The atmospheric ‘sink’ is a finite resource that we share with future people, whose interests and basic needs, we can assume, will be the same as ours. While it is tempting from a political perspective to set a target for reducing emissions based on what is feasible or affordable now in individual countries, to do so would likely be ineffective, since it is cumulative global emissions that increase the risk of dangerous climate change (Anderson and Bows 2008, 2011). Targets based on an permissible temperature increase also fail to communicate the inconvenient truth that since emissions are still rising[4], the global carbon budget is likely to be exhausted even sooner.

If the international community is serious about backing up any limit to global warming with credible but fair policies, then scenarios will have to be developed that explicitly construct pathways for developing countries to grow, peak and then reduce their emissions alongside radical cuts in emissions by Annex I countries (Rockström et al. 2017). If global emissions are assumed to peak and then reduce from about 35 GtCO2/yr in 2020, this implies that anthropogenic carbon emissions need to be roughly halving every decade from then onwards (Rockström et al. 2017). These are staggering emissions reductions, that do not even take into account the fact that the remaining budget needs to be shared equitably with developing countries and future generations.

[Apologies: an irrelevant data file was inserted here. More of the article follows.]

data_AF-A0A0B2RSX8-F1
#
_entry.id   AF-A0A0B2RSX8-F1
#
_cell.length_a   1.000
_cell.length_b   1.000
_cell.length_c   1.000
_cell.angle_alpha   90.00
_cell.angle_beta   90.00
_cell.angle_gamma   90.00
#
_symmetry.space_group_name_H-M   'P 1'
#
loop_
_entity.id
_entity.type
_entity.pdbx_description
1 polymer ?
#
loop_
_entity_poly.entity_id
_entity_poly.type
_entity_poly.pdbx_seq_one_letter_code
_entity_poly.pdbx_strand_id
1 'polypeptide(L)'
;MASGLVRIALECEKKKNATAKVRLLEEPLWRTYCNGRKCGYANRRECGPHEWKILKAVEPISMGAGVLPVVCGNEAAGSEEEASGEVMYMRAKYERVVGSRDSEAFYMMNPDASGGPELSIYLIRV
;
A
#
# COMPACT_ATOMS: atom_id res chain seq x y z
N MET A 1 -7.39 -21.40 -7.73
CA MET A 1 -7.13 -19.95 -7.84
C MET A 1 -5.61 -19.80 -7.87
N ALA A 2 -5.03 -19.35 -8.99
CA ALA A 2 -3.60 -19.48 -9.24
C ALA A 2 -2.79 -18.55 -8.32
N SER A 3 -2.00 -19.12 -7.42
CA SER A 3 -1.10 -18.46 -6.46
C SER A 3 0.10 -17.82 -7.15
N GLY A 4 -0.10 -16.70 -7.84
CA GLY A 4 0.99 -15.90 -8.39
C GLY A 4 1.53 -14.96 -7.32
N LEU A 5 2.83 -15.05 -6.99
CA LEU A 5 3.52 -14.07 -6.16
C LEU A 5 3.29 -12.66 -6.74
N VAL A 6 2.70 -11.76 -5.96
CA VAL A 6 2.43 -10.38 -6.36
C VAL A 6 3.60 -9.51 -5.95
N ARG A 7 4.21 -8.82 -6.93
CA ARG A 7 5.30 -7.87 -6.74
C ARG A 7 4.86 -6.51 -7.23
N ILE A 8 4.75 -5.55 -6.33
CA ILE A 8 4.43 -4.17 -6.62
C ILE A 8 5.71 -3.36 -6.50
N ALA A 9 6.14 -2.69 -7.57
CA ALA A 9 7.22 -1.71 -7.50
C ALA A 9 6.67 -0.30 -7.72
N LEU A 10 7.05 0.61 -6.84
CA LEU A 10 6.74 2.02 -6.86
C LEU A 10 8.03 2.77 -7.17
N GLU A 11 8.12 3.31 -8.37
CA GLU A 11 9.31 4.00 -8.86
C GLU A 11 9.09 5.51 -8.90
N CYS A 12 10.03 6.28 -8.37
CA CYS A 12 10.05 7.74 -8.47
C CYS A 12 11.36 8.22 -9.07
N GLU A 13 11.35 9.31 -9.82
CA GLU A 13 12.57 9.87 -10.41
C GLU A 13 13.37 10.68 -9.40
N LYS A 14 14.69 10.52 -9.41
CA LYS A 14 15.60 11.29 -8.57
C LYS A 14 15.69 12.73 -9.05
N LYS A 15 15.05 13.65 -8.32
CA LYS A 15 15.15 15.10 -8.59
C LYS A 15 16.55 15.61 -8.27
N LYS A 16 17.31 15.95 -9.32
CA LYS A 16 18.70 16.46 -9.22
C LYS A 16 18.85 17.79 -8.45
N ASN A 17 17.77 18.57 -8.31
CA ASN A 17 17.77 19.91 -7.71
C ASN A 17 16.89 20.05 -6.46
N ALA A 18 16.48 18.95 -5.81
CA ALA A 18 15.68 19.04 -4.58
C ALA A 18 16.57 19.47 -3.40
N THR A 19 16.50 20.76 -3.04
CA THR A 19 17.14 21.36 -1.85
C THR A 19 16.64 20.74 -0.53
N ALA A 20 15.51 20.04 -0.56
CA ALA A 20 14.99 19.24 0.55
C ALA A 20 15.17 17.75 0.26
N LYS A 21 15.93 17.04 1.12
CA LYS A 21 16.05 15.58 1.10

Of course, a global tax on emissions could achieve the goal of setting a price on carbon that reflects the true social costs of climate harms now and into the future, but there is no institution in place to collect and redistribute tax revenues at a global level. Large wealth transfers from the global North to South are also likely to be resisted by many wealthier nations. It will be left therefore to states that are committed to mitigation policies to negotiate economic instruments and policies which devalue commercial propositions based on fossil energy. One remaining option is to work gradually towards a global price on carbon (Helm 2013; Stern 2007; Stern 2011) by forming ‘carbon clubs’ and setting border taxes on imports to account for the consumption of carbon-intensive products at home that are manufactured abroad (Nordhaus 2015).